Smog is the one thing that will take anyone’s breath away. A lot of Utahns have driven up a canyon road only to find that, when they’ve turned around to come home, they are driving back into a cesspool of air pollution.
Currently the Air Quality Index (AQI) places Utah at 110, or at the orange level, which can be unhealthy for sensitive groups of people.
Though most people who live in Utah have adjusted to the winter smog weather that only a strong wind can blow away, any breathing soul has to suffer from the noxious fumes.
The very commodities that are used every day are the same offenders for Utah’s terrible air quality and pollution: cars and trucks, large industries, commercial activities, and residential homes.
According to the Utah Department of Environmental Quality, these four categories make up the whole 100 percent of Utah’s pollution woes when referring to gas emissions. Cars and trucks account for 38 percent of the air pollution, large industries in the valleys account for 28 percent, commercial activities account for 26 percent, and homes contribute eight percent.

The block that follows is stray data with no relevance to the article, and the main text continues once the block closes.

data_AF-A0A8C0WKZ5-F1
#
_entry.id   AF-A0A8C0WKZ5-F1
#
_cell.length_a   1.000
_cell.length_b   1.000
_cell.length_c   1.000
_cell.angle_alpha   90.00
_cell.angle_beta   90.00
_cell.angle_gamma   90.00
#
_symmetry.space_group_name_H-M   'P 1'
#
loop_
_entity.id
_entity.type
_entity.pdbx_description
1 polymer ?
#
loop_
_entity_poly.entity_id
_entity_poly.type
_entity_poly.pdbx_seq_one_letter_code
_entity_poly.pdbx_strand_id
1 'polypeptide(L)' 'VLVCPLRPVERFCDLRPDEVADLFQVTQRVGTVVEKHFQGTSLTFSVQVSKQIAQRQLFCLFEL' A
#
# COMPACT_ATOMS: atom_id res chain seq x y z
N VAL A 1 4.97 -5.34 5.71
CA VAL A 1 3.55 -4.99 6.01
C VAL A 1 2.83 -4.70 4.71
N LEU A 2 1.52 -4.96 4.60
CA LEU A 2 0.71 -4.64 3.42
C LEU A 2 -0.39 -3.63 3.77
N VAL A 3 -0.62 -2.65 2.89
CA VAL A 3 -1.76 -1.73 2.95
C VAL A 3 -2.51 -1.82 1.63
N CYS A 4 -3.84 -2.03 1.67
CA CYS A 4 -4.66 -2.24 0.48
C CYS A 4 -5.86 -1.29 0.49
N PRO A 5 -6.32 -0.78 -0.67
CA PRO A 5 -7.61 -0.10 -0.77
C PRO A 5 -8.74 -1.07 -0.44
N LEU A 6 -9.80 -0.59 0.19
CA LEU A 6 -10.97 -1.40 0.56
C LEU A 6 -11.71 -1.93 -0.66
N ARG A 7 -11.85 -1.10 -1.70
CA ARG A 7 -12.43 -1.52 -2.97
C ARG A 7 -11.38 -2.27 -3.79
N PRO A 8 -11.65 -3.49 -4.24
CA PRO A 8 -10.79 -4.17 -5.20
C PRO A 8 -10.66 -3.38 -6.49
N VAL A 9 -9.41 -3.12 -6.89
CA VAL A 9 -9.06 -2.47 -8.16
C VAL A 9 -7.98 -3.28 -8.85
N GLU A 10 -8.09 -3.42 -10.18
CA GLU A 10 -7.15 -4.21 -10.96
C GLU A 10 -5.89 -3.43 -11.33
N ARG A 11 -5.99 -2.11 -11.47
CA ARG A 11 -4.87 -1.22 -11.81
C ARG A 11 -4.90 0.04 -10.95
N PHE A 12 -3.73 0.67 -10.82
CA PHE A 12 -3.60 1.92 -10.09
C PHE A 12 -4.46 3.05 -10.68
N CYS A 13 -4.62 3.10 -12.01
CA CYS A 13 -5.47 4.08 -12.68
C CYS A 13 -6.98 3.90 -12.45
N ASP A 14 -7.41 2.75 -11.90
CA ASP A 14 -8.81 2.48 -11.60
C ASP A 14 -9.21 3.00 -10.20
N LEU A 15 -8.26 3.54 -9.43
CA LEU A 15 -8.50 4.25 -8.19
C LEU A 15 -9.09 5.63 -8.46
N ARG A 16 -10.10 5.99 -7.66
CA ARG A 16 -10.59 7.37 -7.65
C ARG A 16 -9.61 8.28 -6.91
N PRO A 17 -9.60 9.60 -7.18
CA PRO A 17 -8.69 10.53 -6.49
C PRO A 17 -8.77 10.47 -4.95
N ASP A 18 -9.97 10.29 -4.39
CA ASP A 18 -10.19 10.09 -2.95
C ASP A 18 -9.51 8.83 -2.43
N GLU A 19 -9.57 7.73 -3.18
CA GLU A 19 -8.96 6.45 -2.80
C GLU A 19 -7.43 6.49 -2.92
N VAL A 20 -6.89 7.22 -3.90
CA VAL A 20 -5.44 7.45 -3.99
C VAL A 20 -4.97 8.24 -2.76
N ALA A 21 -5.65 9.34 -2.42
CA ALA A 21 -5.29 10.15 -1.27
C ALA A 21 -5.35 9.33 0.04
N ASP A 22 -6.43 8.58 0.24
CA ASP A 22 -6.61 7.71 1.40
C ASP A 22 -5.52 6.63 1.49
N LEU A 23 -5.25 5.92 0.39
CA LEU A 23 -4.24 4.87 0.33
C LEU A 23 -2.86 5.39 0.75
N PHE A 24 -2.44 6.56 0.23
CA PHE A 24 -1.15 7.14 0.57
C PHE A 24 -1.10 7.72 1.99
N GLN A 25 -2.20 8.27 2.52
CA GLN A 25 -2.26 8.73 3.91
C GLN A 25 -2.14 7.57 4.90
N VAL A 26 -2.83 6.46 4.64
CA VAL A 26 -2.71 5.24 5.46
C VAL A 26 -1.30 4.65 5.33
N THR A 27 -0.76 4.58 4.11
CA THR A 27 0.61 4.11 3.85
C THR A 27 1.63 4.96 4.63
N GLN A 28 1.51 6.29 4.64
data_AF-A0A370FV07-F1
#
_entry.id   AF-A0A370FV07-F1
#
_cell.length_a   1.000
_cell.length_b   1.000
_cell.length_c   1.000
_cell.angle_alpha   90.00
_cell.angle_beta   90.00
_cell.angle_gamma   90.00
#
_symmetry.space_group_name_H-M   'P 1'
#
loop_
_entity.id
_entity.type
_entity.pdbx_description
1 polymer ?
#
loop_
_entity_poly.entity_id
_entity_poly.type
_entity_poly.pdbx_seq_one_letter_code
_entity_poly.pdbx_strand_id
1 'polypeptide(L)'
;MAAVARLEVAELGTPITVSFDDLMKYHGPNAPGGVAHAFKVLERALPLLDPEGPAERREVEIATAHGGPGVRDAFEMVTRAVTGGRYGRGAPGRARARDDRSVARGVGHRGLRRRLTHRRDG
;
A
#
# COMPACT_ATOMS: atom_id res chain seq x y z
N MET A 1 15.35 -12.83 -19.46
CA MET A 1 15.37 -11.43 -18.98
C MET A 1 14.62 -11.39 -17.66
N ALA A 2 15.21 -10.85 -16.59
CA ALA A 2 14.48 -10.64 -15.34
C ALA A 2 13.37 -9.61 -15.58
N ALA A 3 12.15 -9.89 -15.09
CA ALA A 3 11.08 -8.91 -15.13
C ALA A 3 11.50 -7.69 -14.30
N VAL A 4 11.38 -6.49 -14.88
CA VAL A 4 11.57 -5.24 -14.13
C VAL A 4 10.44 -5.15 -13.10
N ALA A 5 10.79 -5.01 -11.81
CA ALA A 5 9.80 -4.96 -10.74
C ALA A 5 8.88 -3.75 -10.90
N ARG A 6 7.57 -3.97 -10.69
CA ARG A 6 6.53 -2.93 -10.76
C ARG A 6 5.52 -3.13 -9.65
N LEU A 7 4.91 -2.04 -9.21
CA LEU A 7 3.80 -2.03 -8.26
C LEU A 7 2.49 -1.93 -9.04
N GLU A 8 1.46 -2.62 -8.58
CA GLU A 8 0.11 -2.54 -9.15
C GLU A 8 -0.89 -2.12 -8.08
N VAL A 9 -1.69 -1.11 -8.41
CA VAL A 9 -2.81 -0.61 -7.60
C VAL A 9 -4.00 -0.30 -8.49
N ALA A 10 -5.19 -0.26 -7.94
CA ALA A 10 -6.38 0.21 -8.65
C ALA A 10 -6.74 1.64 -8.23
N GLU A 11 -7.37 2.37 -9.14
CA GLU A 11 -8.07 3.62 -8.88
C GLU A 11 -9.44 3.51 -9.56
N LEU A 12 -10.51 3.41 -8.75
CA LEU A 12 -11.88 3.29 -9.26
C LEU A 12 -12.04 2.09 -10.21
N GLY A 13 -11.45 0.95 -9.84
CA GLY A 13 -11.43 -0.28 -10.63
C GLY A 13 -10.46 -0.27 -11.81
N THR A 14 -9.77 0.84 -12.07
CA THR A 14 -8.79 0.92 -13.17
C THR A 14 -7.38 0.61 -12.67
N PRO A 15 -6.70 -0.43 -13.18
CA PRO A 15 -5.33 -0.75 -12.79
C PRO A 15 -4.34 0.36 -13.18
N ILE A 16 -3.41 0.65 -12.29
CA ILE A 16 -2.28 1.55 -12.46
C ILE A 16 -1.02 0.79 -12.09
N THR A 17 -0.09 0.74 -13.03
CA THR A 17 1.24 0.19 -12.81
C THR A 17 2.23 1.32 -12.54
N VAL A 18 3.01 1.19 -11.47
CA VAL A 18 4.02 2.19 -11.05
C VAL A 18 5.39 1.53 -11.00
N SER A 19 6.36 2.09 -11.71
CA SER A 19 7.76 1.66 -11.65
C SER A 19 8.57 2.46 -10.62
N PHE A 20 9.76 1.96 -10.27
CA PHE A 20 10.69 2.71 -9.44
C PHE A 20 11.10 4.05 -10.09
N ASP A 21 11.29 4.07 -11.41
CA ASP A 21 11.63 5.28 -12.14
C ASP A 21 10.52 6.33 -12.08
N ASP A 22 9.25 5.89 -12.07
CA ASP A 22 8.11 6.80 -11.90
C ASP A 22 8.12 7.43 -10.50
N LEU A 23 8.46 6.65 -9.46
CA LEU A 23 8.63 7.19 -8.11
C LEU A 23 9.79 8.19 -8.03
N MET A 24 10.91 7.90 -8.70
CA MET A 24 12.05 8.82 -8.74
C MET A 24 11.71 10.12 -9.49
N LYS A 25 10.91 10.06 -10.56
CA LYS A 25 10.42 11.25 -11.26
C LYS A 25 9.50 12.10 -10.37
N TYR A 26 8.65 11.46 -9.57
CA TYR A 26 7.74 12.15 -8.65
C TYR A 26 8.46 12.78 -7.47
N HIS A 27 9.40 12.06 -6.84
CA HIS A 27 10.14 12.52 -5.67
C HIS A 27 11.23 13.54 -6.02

US Environmental Protection Agency states that, “CO2 emissions from a gallon of gasoline are 2421 grams per gallon, which is equivalent to 19.4 pounds of CO2 being pumped into the air for every gallon of gas.”
On Dec. 29, 2009, Associated Press writer Mike Stark said, “Thick lingering smog trapped along the Salt Lake Valley floor is creating some of the worst air quality in the country.” That day was obviously not the first or last day of almost record breaking smog density for Utah though.
According to familydoctor.org, “Air pollution can irritate the eyes, throat and lungs. Burning eyes, cough and chest tightness are common with exposure to high levels of air pollution. People can react very differently to air pollution. Some people may notice chest tightness or cough, while others may not notice any effects. Exercise requires faster, deeper breathing and it may make the symptoms worse. People who have heart disease, such as angina (chest pain), or lung disease, such as asthma or emphysema, may be very sensitive to air pollution exposure, and may notice symptoms when others do not.”
The website cleanair.utah.gov offers many suggestions to help reduce air quality abuse. Carpooling, driving less and using public transportation like UTA are just a few of the 50 suggestions given.
Prevention and limiting the use of resources is the only way that smog levels will ever come down.